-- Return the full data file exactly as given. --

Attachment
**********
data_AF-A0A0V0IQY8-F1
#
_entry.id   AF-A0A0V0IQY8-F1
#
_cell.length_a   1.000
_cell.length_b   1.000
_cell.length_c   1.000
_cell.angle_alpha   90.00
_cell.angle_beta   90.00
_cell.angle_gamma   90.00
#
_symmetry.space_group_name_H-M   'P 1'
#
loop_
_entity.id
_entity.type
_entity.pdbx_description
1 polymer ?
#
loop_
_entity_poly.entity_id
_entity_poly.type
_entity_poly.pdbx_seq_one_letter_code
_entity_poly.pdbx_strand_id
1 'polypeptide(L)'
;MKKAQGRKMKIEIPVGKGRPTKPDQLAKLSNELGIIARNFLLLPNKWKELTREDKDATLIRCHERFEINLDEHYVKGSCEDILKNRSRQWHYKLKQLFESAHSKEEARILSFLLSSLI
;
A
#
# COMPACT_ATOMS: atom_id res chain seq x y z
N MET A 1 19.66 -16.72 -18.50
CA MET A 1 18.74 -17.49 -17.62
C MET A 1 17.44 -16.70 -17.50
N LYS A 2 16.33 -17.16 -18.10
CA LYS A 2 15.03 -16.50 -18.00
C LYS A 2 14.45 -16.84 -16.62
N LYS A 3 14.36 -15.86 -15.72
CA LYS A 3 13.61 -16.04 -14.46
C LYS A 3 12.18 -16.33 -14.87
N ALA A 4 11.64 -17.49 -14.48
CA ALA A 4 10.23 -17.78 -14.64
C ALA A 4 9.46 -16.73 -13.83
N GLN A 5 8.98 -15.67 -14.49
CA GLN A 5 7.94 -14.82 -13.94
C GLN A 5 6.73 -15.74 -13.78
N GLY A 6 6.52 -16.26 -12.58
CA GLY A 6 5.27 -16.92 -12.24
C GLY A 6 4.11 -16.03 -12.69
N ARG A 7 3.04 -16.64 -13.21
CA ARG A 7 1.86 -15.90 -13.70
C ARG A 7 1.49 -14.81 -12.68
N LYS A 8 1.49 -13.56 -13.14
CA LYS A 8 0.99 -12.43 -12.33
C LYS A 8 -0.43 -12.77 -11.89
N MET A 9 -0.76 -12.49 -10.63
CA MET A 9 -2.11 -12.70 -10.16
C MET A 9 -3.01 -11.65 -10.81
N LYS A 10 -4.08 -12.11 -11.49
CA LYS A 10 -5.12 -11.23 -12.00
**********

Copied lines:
data_AF-A0A0V0IQY8-F1
#
_entry.id   AF-A0A0V0IQY8-F1
#
_cell.length_a   1.000
_cell.length_b   1.000
_cell.length_c   1.000
_cell.angle_alpha   90.00
_cell.angle_beta   90.00
_cell.angle_gamma   90.00
#
_symmetry.space_group_name_H-M   'P 1'
#
loop_
_entity.id
_entity.type
_entity.pdbx_description
1 polymer ?
#
loop_
_entity_poly.entity_id
_entity_poly.type
_entity_poly.pdbx_seq_one_letter_code
_entity_poly.pdbx_strand_id
1 'polypeptide(L)'
;MKKAQGRKMKIEIPVGKGRPTKPDQLAKLSNELGIIARNFLLLPNKWKELTREDKDATLIRCHERFEINLDEHYVKGSCEDILKNRSRQWHYKLKQLFESAHSKEEARILSFLLSSLI
;
A
#
# COMPACT_ATOMS: atom_id res chain seq x y z
N MET A 1 19.66 -16.72 -18.50
CA MET A 1 18.74 -17.49 -17.62
C MET A 1 17.44 -16.70 -17.50
N LYS A 2 16.33 -17.16 -18.10
CA LYS A 2 15.03 -16.50 -18.00
C LYS A 2 14.45 -16.84 -16.62
N LYS A 3 14.36 -15.86 -15.72
CA LYS A 3 13.61 -16.04 -14.46
C LYS A 3 12.18 -16.33 -14.87
N ALA A 4 11.64 -17.49 -14.48
CA ALA A 4 10.23 -17.78 -14.64
C ALA A 4 9.46 -16.73 -13.83
N GLN A 5 8.98 -15.67 -14.49
CA GLN A 5 7.94 -14.82 -13.94
C GLN A 5 6.73 -15.74 -13.78
N GLY A 6 6.52 -16.26 -12.58
CA GLY A 6 5.27 -16.92 -12.24
C GLY A 6 4.11 -16.03 -12.69
N ARG A 7 3.04 -16.64 -13.21
CA ARG A 7 1.86 -15.90 -13.70
C ARG A 7 1.49 -14.81 -12.68
N LYS A 8 1.49 -13.56 -13.14
CA LYS A 8 0.99 -12.43 -12.33
C LYS A 8 -0.43 -12.77 -11.89
N MET A 9 -0.76 -12.49 -10.63
CA MET A 9 -2.11 -12.70 -10.16
C MET A 9 -3.01 -11.65 -10.81
N LYS A 10 -4.08 -12.11 -11.49
CA LYS A 10 -5.12 -11.23 -12.00